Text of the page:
Lance Armstrong's Suit to Block Doping Charges Dismissed by Judge

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07/10/2012| 0 comments
by AP and

Lance Armstrong's Suit to Block Doping Charges Dismissed by Judge

A federal judge handed Lance Armstrong a quick setback Monday as he went to court to save his seven Tour de France titles and his reputation as one of the greatest cyclists ever.

2009-2010 that are "fully consistent" with doping.

In a twist, Armstrong is arguing against rules that his personal manager, Bill Stapleton, helped draft when he was a board member of the U.S. Olympic Committee and served as the chairman of the athletes' advisory council.

Armstrong's representatives have said those rules were written to deal with cases of athletes facing positive drug tests and lab results, not a case like Armstrong's where the evidence is weighted toward anecdotal witness testimony.

Legal experts were divided on the strength of Armstrong's case.

"USADA is a unique agency, far from perfect ... but that doesn't necessarily means it's unconstitutional," said Michael McCann, director of the Sports Law Institute at Vermont Law School. "He makes some good points, but his chances for success are less than likely."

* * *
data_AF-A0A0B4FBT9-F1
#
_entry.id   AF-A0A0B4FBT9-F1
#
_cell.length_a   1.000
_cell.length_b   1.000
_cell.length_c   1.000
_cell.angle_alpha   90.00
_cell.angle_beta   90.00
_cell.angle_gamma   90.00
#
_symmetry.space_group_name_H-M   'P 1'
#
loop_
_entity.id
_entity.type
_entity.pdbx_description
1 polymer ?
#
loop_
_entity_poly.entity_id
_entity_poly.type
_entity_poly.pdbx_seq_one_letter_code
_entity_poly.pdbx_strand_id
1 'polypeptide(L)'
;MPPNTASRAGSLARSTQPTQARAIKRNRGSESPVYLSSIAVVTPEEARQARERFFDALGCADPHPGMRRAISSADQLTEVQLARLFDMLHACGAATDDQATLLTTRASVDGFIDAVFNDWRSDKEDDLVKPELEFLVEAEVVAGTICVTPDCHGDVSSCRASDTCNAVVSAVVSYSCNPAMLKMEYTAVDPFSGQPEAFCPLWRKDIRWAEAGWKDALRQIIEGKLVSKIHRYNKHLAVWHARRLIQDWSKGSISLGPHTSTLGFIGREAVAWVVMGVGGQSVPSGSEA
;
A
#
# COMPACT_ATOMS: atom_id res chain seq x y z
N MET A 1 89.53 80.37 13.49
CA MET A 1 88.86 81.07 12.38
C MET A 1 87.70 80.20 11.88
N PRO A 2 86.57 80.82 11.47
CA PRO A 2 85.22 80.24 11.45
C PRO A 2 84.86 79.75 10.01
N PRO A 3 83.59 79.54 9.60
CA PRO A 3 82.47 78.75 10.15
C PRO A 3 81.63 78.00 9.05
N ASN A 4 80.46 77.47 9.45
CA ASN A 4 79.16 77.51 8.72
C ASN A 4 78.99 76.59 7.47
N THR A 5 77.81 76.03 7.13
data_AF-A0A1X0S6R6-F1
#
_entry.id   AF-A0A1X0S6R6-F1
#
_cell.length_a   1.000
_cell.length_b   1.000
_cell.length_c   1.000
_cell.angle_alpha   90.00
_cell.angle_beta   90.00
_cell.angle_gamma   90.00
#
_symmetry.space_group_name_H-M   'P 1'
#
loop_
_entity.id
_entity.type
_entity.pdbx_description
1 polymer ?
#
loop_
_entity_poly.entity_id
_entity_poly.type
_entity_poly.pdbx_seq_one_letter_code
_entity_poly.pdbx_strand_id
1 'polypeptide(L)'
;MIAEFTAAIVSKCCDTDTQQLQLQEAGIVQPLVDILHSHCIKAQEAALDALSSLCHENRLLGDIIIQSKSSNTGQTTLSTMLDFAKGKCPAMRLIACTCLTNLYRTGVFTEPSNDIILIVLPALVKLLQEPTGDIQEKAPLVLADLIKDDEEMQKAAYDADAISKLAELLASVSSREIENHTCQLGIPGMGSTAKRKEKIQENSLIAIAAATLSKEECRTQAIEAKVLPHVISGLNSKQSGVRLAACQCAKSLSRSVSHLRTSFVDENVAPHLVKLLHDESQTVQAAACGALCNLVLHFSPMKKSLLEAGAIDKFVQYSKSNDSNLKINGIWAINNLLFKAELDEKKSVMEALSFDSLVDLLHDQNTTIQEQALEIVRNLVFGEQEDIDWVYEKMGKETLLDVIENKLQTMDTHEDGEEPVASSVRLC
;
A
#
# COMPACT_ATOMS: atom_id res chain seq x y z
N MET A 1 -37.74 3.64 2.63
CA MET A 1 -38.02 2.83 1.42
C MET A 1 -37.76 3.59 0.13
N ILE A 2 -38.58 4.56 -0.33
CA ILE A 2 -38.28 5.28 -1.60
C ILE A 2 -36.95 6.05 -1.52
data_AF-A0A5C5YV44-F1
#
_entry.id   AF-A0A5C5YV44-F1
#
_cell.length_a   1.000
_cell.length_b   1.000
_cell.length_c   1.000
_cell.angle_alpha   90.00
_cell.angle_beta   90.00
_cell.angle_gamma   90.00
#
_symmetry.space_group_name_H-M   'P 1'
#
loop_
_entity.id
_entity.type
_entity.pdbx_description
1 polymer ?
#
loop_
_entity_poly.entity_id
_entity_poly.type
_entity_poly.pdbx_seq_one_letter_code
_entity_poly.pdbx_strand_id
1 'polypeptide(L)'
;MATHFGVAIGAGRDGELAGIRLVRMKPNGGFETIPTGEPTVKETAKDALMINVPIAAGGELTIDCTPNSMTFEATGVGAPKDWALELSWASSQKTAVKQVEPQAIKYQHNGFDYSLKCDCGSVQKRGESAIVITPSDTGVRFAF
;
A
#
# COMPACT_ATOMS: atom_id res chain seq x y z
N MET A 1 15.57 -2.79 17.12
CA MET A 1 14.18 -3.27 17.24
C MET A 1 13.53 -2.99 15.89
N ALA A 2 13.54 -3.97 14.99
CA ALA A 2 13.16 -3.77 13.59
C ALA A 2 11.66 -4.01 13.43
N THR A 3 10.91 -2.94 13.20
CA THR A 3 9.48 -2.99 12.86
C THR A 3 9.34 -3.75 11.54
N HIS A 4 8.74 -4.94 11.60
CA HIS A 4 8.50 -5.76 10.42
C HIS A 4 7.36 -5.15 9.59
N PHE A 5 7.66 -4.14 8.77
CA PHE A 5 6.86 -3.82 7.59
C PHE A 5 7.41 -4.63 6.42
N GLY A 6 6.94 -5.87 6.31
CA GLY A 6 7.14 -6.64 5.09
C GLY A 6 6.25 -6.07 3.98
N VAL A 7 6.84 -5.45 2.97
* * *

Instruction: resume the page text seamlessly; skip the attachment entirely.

An Armstrong victory in court, however, could shake USADA to its core, said Michael Straubel, law professor and director of the Sports Law Clinic at Valparaiso University.

Straubel, who has represented athletes with doping cases before USADA, called Armstrong's lawsuit a "strong case" for greater protection for athletes.

"This is huge. It has tremendous implications for USADA. I really hope USADA thought all this through before it got things started," Straubel said.

To be successful on his constitutional claims, Armstrong must show that USADA is acting as a government agency. The lawsuit notes that USADA is mostly funded by the federal government and that some of the evidence against him was collected during the federal criminal investigation. On its website, however, USADA calls itself an independent agency.

USADA could ask the court to allow its arbitration process to go ahead, requiring Armstrong to raise his claims after a decision is made. But Armstrong predicts he can't win in a system stacked against him, and says he needs the court to step in now.

Also charged by USADA are former Armstrong team manager Johan Bruyneel and several team doctors and associates. None of them are included in Armstrong's lawsuit, but they could be affected by any legal decision because USADA consolidated their charges with Armstrong's.


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